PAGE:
Reining In U.S. Health CostsChristopher Farrell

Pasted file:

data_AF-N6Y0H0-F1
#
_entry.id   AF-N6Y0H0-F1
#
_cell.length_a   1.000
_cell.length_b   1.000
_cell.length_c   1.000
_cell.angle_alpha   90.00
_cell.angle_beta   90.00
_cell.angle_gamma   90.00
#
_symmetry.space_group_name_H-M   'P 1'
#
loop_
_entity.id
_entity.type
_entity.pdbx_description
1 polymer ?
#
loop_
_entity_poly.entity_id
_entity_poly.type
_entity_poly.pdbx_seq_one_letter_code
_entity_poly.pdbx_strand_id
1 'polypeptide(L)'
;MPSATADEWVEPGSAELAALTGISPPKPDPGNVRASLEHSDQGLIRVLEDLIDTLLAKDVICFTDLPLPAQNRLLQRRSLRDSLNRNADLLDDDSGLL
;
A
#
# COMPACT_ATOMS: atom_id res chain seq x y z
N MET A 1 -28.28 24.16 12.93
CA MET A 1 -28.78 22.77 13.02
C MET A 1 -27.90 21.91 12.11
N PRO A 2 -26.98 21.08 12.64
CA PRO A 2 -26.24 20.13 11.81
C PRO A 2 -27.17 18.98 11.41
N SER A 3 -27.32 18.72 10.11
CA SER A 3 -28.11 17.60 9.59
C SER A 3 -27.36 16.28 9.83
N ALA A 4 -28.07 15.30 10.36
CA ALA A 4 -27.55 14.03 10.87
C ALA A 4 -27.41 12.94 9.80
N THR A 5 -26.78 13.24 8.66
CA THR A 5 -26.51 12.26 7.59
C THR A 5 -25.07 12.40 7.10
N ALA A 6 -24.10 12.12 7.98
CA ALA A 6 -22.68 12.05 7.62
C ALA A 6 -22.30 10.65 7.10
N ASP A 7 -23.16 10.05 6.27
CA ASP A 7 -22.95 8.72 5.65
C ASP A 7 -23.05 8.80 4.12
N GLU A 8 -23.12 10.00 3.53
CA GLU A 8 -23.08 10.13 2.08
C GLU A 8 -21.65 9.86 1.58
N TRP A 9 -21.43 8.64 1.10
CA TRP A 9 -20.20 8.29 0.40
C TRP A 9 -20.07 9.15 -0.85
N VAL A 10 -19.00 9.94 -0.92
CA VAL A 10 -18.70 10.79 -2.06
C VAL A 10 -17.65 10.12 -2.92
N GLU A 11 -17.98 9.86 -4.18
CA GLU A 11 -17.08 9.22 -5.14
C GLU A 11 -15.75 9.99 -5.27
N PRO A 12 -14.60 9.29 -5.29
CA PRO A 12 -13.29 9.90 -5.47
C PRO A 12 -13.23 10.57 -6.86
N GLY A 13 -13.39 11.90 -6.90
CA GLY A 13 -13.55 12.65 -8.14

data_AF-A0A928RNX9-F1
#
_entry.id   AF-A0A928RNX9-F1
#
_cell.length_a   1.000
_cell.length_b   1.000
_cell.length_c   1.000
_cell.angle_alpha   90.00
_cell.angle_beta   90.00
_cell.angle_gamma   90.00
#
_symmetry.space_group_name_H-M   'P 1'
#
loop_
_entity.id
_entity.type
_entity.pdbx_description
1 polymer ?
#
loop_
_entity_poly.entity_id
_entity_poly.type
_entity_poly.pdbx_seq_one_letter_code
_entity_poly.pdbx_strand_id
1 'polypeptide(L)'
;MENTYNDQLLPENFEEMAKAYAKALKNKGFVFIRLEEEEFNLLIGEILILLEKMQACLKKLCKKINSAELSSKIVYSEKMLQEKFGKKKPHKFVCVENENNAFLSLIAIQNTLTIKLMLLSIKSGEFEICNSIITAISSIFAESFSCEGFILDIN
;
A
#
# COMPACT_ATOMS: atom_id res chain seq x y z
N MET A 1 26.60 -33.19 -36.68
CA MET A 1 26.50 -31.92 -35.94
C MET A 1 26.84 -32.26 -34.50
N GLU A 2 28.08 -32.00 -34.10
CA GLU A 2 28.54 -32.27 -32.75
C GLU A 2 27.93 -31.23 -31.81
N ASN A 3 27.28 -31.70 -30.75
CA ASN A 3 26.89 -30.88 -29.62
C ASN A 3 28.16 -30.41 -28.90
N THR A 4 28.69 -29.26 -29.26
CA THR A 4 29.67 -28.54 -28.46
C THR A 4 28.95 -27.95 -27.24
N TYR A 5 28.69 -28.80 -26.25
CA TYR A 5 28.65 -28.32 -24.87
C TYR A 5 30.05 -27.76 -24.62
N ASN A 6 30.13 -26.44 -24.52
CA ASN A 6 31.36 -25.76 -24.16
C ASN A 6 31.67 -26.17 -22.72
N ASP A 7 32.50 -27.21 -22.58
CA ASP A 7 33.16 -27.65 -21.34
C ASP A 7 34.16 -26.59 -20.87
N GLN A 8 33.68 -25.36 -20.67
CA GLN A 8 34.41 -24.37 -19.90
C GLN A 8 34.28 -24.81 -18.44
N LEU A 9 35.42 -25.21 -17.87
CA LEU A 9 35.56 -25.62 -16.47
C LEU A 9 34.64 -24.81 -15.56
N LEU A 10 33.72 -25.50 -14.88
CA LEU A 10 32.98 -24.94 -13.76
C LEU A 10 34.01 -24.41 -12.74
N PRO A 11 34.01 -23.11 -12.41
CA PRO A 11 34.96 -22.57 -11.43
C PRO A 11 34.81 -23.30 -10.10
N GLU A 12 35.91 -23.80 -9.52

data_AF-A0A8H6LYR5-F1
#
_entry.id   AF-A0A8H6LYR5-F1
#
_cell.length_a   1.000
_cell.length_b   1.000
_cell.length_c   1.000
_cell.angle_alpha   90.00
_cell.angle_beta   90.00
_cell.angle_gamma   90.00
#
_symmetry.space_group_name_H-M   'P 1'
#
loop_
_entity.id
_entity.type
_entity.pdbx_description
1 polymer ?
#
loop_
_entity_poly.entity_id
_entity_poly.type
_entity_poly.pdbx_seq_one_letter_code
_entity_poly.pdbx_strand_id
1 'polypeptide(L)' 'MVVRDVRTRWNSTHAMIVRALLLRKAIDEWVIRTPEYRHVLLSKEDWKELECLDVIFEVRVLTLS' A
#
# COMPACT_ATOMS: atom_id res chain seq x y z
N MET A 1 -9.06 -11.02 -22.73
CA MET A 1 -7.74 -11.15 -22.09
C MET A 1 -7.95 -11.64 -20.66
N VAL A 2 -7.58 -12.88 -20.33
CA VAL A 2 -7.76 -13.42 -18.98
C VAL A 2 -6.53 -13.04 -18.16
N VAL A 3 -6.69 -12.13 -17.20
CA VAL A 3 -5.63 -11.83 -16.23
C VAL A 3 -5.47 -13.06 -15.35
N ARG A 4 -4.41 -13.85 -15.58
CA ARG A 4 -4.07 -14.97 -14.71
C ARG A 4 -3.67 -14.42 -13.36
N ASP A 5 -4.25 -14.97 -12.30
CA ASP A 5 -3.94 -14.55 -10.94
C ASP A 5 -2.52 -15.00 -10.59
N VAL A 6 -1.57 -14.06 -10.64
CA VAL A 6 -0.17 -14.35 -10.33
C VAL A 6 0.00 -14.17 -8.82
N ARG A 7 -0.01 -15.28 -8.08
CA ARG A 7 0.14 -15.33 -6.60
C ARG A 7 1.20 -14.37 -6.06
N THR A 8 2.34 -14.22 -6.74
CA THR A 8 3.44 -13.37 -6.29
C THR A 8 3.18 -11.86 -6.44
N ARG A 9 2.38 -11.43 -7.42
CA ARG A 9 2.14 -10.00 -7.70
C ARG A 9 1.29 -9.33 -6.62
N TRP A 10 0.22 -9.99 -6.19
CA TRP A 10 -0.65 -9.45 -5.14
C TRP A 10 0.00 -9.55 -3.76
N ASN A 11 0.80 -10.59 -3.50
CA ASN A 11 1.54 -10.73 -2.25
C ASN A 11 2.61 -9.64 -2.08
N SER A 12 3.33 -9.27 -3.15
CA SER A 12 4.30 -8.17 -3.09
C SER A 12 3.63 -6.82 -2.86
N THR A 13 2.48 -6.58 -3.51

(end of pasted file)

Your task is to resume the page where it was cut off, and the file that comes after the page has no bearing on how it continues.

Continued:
Good news from the health-care front. For the first time in 10 years, the rate of growth in private-sector medical care premiums fell below the rate of overall inflation and medical inflation, according to a survey by KPMG Peat Marwick. Corporate cost-containment efforts through the widespread use of managed care plans, such as health maintenance organizations and preferred provider organizations, are clearly working. In its fifth annual survey of health benefits, the firm found that corporate health plan premiums increased an average of just 2.1% so far in 1995 vs. a 3.2% rise in overall inflation and a 4.6% advance in medical inflation. The improvements in limiting premium price increases are striking. As recently as 1991, premiums jumped by 11.5%.
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